Sharing information about a disability at an interview can sometimes take the employer by surprise and means that they are unlikely to be able to make reasonable adjustments for that interview if any are required, but again this is the applicant’s choice.

Often a good place for applicants to share this information can be in a covering letter or application form, as this gives an opportunity to explain any potential implications of a disability. It may also aid an application to highlight specialist skills and qualities acquired and developed as a result of a disability.

Where can I find further resources on sharing information about a disability?

The following resources discuss sharing information about a disability with an employer, and offer advice on when and how to do this, if the applicant so chooses:

Claire Byron, AGCAS Disability Task Group, Newcastle University Careers Service.

Advertisements
Standard
Uncategorized

Reasonable adjustments at interview

IMG_2073

Requesting that ‘reasonable adjustments’ are made for disabled applicants at interview ensures equality of opportunity. Clearly what is appropriate will vary in relation to the sort of post applied for and for each individual. When working with disabled students and graduates a good starting point is to explore the support given and coping strategies which they used to undertake their course at university and also whether there are aspects of the selection process which concern them.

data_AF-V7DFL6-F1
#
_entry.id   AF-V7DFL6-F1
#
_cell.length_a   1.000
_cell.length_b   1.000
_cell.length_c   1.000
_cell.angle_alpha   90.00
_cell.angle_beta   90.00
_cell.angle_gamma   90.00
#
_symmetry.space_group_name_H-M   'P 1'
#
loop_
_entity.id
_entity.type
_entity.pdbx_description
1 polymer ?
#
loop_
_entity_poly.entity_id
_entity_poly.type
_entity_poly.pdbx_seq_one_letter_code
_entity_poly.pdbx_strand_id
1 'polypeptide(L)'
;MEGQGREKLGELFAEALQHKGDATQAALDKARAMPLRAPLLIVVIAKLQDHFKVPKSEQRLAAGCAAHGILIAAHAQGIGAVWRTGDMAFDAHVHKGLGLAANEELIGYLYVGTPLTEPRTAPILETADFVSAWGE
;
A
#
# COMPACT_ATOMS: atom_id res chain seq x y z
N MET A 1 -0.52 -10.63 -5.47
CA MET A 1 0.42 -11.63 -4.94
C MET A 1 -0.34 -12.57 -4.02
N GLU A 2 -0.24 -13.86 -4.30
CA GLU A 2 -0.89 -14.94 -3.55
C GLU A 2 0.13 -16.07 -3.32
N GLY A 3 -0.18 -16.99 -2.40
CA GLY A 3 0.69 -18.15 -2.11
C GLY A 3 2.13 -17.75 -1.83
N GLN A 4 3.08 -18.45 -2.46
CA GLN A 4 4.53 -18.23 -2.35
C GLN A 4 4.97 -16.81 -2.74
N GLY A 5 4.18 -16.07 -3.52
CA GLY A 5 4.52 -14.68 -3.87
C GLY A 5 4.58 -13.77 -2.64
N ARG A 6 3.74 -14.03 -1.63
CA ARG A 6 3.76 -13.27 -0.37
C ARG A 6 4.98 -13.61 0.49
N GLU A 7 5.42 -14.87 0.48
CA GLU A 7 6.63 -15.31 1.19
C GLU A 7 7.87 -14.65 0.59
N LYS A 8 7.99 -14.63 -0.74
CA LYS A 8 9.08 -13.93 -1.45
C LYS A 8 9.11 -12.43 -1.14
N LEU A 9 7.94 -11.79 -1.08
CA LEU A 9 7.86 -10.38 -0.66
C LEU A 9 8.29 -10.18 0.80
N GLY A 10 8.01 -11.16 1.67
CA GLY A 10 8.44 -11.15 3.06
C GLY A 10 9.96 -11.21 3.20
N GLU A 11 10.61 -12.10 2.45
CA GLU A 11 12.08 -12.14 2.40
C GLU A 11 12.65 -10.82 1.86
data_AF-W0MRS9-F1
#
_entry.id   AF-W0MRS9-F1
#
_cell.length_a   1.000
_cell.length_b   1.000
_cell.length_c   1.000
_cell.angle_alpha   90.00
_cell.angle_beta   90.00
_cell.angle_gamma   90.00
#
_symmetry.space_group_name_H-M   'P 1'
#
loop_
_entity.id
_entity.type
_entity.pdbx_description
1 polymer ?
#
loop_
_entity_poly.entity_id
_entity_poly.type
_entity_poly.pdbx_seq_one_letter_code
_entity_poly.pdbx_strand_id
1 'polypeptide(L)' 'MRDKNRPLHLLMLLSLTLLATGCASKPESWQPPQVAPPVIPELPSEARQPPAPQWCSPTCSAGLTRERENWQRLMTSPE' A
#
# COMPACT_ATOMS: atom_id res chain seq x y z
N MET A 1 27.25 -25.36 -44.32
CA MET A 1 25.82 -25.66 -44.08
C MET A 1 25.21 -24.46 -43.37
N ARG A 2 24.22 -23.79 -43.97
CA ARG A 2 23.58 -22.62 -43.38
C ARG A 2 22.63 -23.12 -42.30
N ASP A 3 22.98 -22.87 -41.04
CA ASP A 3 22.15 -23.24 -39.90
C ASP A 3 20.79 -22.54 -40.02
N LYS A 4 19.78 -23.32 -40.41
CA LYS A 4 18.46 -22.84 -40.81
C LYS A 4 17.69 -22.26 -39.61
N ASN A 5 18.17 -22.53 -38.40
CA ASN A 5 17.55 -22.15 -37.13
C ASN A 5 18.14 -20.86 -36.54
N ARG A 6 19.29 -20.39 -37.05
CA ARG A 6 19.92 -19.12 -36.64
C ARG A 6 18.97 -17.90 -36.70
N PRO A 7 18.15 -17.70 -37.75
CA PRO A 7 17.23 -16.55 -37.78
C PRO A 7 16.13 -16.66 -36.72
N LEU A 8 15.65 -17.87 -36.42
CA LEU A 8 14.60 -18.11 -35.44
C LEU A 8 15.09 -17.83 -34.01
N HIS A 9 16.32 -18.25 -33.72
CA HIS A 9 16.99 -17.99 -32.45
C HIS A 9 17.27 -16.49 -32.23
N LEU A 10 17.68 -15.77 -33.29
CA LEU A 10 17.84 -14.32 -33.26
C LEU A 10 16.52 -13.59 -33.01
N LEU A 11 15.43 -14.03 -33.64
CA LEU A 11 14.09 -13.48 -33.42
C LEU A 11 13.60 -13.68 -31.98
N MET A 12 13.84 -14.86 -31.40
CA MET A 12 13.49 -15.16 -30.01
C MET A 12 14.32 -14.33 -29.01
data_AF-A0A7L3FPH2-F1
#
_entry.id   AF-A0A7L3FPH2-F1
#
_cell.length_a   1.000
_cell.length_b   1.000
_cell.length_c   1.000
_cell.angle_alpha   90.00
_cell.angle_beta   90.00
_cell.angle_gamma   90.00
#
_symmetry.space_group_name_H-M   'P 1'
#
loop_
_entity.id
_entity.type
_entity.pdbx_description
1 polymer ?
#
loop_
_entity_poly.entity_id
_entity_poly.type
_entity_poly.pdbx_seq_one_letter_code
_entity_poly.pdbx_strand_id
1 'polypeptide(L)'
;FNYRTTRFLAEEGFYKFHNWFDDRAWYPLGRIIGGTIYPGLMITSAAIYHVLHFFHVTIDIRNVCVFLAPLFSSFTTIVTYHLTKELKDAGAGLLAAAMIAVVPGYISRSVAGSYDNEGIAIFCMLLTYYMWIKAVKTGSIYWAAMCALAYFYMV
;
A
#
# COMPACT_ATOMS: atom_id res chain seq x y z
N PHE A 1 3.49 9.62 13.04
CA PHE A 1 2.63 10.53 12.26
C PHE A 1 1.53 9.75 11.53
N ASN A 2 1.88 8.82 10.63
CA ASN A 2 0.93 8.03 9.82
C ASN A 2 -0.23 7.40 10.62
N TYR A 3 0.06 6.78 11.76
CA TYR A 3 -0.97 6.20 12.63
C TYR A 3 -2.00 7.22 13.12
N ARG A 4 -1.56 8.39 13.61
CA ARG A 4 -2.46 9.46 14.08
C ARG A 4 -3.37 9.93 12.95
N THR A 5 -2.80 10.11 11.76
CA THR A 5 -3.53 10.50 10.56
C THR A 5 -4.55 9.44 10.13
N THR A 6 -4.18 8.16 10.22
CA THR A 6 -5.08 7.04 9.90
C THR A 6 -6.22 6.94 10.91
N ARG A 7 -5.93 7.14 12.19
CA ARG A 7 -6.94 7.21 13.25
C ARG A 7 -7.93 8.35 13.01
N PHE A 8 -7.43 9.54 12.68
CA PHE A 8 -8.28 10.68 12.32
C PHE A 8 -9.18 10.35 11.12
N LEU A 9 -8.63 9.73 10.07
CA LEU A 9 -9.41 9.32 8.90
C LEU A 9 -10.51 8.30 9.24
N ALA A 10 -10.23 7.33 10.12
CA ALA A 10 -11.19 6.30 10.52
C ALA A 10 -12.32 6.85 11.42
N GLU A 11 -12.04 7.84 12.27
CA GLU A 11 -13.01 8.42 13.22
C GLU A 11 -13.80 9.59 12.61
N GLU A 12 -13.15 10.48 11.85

It’s important that candidates’ check what format the interview will take. Will this be a one to one or a panel interview; will psychometric tests be involved; is there a group discussion or a presentation and are there any written tasks? Clearly in order for an employer to make the appropriate adjustments the applicant will need to have disclosed their disability.  There is however, no obligation for them to do this prior to the offer of an interview, unless they are applying to a √√ user and want to take advantage of the interview guarantee scheme.

Adjustments which a disabled candidate might commonly request in the selection process could include allowing extra time on psychometric tests or written exercises, or making materials used available in an appropriate format. It could also be appropriate to ask for short breaks between the various selection elements, especially for candidates whose disability affects the speed of information processing and in some cases, written not verbal instructions.  

Issues such as the layout of the interview room and access to specialist software may be important for a visually impaired candidate, whilst the support of an interpreter may be appropriate for an individual who has a hearing impaired. For those with Asperger Syndrome having clear and precise details of the interview arrangements in advance is important, as is ensuring that there are no unexpected changes to the  schedule. There might also be adjustments needed to the lighting, ventilation or temperature, as some disabled applicants are hypersensitive to sensory input.

Hilary Whorrall, AGCAS Disability Task Group, University of Sheffield Careers Service.

Standard